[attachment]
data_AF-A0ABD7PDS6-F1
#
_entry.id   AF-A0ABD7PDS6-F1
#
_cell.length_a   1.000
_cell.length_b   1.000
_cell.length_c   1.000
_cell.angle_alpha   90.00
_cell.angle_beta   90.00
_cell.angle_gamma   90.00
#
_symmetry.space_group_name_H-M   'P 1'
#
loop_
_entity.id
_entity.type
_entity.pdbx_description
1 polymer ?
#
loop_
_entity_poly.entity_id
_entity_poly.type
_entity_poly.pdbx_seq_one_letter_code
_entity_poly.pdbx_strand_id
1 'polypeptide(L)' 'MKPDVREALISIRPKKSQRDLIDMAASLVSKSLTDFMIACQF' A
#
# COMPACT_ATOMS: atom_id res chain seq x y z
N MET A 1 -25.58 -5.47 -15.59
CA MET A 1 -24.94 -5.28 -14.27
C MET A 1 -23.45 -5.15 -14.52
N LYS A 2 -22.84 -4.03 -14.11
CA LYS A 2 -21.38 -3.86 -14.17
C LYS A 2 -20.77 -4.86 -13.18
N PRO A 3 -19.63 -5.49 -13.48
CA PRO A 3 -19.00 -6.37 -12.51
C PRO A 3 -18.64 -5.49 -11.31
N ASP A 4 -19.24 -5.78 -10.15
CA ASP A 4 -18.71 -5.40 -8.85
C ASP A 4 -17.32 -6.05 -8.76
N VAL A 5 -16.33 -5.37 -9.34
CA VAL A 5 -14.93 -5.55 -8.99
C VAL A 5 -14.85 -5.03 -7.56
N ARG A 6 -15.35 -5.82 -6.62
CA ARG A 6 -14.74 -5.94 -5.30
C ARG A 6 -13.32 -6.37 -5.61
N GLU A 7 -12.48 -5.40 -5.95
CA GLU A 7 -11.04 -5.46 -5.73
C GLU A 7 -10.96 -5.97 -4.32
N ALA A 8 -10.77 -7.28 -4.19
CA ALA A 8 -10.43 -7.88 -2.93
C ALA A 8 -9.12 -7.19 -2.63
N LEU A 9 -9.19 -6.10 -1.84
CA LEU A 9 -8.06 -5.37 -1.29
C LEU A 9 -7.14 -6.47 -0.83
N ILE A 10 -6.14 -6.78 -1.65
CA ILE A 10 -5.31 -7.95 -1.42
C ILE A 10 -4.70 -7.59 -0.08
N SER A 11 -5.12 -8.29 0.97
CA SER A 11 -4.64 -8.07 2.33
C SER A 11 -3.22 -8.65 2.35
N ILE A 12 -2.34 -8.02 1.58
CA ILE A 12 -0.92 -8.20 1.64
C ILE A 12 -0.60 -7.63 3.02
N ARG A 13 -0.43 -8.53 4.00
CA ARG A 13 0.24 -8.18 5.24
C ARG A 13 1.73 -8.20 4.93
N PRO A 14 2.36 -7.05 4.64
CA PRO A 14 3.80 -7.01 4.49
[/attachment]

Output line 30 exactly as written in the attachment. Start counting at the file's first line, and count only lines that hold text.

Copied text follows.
C MET A 1 -23.45 -5.15 -14.52